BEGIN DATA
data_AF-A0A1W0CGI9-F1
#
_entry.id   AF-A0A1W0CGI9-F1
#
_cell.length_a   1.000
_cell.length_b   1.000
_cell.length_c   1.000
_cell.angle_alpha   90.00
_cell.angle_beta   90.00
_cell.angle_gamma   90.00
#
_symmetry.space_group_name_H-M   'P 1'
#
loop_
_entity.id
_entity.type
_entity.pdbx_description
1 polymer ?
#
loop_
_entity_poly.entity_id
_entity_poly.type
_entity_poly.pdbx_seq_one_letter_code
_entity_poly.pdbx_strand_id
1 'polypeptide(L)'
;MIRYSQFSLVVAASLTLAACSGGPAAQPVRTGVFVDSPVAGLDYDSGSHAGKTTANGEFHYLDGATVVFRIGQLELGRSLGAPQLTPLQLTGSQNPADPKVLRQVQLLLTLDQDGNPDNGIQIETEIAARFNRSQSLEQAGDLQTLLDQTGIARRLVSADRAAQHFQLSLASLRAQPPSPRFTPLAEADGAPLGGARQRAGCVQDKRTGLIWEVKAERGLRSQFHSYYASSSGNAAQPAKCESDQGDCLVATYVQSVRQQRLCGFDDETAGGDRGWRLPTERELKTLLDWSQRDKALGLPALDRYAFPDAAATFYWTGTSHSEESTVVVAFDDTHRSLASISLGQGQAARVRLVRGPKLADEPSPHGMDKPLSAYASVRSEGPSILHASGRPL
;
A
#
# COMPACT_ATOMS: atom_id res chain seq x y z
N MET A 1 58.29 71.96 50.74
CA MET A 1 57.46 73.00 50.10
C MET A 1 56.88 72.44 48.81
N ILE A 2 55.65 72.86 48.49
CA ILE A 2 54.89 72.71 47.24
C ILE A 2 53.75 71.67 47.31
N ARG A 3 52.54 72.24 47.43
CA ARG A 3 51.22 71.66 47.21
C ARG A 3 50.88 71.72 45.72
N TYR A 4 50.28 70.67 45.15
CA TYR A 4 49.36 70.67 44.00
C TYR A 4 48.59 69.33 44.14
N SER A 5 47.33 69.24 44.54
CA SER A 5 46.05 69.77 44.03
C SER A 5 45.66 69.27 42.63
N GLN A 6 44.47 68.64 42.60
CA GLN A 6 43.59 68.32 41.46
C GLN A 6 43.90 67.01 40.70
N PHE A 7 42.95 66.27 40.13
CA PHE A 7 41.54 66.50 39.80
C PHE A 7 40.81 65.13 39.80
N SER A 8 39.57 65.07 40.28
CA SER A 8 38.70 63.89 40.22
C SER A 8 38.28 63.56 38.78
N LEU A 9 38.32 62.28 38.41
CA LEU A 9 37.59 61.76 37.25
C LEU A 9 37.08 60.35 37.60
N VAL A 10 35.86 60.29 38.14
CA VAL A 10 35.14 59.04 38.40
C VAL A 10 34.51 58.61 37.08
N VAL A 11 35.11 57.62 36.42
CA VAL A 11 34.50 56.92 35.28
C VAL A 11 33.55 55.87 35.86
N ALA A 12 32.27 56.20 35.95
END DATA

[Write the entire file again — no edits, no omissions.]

data_AF-A0A1W0CGI9-F1
#
_entry.id   AF-A0A1W0CGI9-F1
#
_cell.length_a   1.000
_cell.length_b   1.000
_cell.length_c   1.000
_cell.angle_alpha   90.00
_cell.angle_beta   90.00
_cell.angle_gamma   90.00
#
_symmetry.space_group_name_H-M   'P 1'
#
loop_
_entity.id
_entity.type
_entity.pdbx_description
1 polymer ?
#
loop_
_entity_poly.entity_id
_entity_poly.type
_entity_poly.pdbx_seq_one_letter_code
_entity_poly.pdbx_strand_id
1 'polypeptide(L)'
;MIRYSQFSLVVAASLTLAACSGGPAAQPVRTGVFVDSPVAGLDYDSGSHAGKTTANGEFHYLDGATVVFRIGQLELGRSLGAPQLTPLQLTGSQNPADPKVLRQVQLLLTLDQDGNPDNGIQIETEIAARFNRSQSLEQAGDLQTLLDQTGIARRLVSADRAAQHFQLSLASLRAQPPSPRFTPLAEADGAPLGGARQRAGCVQDKRTGLIWEVKAERGLRSQFHSYYASSSGNAAQPAKCESDQGDCLVATYVQSVRQQRLCGFDDETAGGDRGWRLPTERELKTLLDWSQRDKALGLPALDRYAFPDAAATFYWTGTSHSEESTVVVAFDDTHRSLASISLGQGQAARVRLVRGPKLADEPSPHGMDKPLSAYASVRSEGPSILHASGRPL
;
A
#
# COMPACT_ATOMS: atom_id res chain seq x y z
N MET A 1 58.29 71.96 50.74
CA MET A 1 57.46 73.00 50.10
C MET A 1 56.88 72.44 48.81
N ILE A 2 55.65 72.86 48.49
CA ILE A 2 54.89 72.71 47.24
C ILE A 2 53.75 71.67 47.31
N ARG A 3 52.54 72.24 47.43
CA ARG A 3 51.22 71.66 47.21
C ARG A 3 50.88 71.72 45.72
N TYR A 4 50.28 70.67 45.15
CA TYR A 4 49.36 70.67 44.00
C TYR A 4 48.59 69.33 44.14
N SER A 5 47.33 69.24 44.54
CA SER A 5 46.05 69.77 44.03
C SER A 5 45.66 69.27 42.63
N GLN A 6 44.47 68.64 42.60
CA GLN A 6 43.59 68.32 41.46
C GLN A 6 43.90 67.01 40.70
N PHE A 7 42.95 66.27 40.13
CA PHE A 7 41.54 66.50 39.80
C PHE A 7 40.81 65.13 39.80
N SER A 8 39.57 65.07 40.28
CA SER A 8 38.70 63.89 40.22
C SER A 8 38.28 63.56 38.78
N LEU A 9 38.32 62.28 38.41
CA LEU A 9 37.59 61.76 37.25
C LEU A 9 37.08 60.35 37.60
N VAL A 10 35.86 60.29 38.14
CA VAL A 10 35.14 59.04 38.40
C VAL A 10 34.51 58.61 37.08
N VAL A 11 35.11 57.62 36.42
CA VAL A 11 34.50 56.92 35.28
C VAL A 11 33.55 55.87 35.86
N ALA A 12 32.27 56.20 35.95